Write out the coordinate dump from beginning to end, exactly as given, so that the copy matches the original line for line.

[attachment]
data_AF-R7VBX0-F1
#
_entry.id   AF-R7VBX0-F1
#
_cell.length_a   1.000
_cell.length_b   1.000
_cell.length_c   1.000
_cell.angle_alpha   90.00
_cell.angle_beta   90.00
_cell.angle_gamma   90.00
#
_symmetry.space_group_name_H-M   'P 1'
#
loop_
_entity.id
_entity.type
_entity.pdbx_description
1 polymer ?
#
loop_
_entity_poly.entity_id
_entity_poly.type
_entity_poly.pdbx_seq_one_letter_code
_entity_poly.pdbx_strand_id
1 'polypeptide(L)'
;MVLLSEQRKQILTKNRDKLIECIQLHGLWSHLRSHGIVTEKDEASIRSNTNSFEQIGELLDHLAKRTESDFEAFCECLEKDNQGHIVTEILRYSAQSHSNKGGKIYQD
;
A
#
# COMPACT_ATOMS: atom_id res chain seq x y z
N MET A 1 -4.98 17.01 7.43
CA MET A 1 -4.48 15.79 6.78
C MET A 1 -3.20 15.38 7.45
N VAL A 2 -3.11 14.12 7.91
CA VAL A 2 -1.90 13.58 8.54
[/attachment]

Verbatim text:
data_AF-R7VBX0-F1
#
_entry.id   AF-R7VBX0-F1
#
_cell.length_a   1.000
_cell.length_b   1.000
_cell.length_c   1.000
_cell.angle_alpha   90.00
_cell.angle_beta   90.00
_cell.angle_gamma   90.00
#
_symmetry.space_group_name_H-M   'P 1'
#
loop_
_entity.id
_entity.type
_entity.pdbx_description
1 polymer ?
#
loop_
_entity_poly.entity_id
_entity_poly.type
_entity_poly.pdbx_seq_one_letter_code
_entity_poly.pdbx_strand_id
1 'polypeptide(L)'
;MVLLSEQRKQILTKNRDKLIECIQLHGLWSHLRSHGIVTEKDEASIRSNTNSFEQIGELLDHLAKRTESDFEAFCECLEKDNQGHIVTEILRYSAQSHSNKGGKIYQD
;
A
#
# COMPACT_ATOMS: atom_id res chain seq x y z
N MET A 1 -4.98 17.01 7.43
CA MET A 1 -4.48 15.79 6.78
C MET A 1 -3.20 15.38 7.45
N VAL A 2 -3.11 14.12 7.91
CA VAL A 2 -1.90 13.58 8.54